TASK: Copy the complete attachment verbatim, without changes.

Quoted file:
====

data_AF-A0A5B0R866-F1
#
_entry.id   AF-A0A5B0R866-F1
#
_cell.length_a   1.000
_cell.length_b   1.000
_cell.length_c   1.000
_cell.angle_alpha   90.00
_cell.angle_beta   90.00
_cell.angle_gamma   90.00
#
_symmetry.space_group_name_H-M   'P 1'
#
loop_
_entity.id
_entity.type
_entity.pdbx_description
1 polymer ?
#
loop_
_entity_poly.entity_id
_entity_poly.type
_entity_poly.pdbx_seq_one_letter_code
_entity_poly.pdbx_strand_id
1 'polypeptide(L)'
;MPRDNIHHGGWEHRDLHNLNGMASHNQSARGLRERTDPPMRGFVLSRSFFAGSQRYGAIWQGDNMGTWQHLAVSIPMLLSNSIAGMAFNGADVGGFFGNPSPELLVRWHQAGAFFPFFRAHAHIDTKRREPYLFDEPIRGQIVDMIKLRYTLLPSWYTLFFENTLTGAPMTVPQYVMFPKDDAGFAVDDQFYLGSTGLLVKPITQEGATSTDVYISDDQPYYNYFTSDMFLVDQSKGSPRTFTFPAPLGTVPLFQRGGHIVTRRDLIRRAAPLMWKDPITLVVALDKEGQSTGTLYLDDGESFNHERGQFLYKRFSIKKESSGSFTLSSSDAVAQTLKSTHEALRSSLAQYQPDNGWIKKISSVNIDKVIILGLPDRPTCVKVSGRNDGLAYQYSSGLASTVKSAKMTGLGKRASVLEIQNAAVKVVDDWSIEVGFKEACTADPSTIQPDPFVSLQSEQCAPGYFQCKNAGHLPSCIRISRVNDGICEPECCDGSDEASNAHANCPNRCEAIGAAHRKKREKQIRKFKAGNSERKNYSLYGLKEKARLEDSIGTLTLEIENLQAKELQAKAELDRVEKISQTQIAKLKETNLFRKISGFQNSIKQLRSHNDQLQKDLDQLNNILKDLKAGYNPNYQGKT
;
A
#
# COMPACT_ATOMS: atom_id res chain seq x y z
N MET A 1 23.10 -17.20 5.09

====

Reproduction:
data_AF-A0A5B0R866-F1
#
_entry.id   AF-A0A5B0R866-F1
#
_cell.length_a   1.000
_cell.length_b   1.000
_cell.length_c   1.000
_cell.angle_alpha   90.00
_cell.angle_beta   90.00
_cell.angle_gamma   90.00
#
_symmetry.space_group_name_H-M   'P 1'
#
loop_
_entity.id
_entity.type
_entity.pdbx_description
1 polymer ?
#
loop_
_entity_poly.entity_id
_entity_poly.type
_entity_poly.pdbx_seq_one_letter_code
_entity_poly.pdbx_strand_id
1 'polypeptide(L)'
;MPRDNIHHGGWEHRDLHNLNGMASHNQSARGLRERTDPPMRGFVLSRSFFAGSQRYGAIWQGDNMGTWQHLAVSIPMLLSNSIAGMAFNGADVGGFFGNPSPELLVRWHQAGAFFPFFRAHAHIDTKRREPYLFDEPIRGQIVDMIKLRYTLLPSWYTLFFENTLTGAPMTVPQYVMFPKDDAGFAVDDQFYLGSTGLLVKPITQEGATSTDVYISDDQPYYNYFTSDMFLVDQSKGSPRTFTFPAPLGTVPLFQRGGHIVTRRDLIRRAAPLMWKDPITLVVALDKEGQSTGTLYLDDGESFNHERGQFLYKRFSIKKESSGSFTLSSSDAVAQTLKSTHEALRSSLAQYQPDNGWIKKISSVNIDKVIILGLPDRPTCVKVSGRNDGLAYQYSSGLASTVKSAKMTGLGKRASVLEIQNAAVKVVDDWSIEVGFKEACTADPSTIQPDPFVSLQSEQCAPGYFQCKNAGHLPSCIRISRVNDGICEPECCDGSDEASNAHANCPNRCEAIGAAHRKKREKQIRKFKAGNSERKNYSLYGLKEKARLEDSIGTLTLEIENLQAKELQAKAELDRVEKISQTQIAKLKETNLFRKISGFQNSIKQLRSHNDQLQKDLDQLNNILKDLKAGYNPNYQGKT
;
A
#
# COMPACT_ATOMS: atom_id res chain seq x y z
N MET A 1 23.10 -17.20 5.09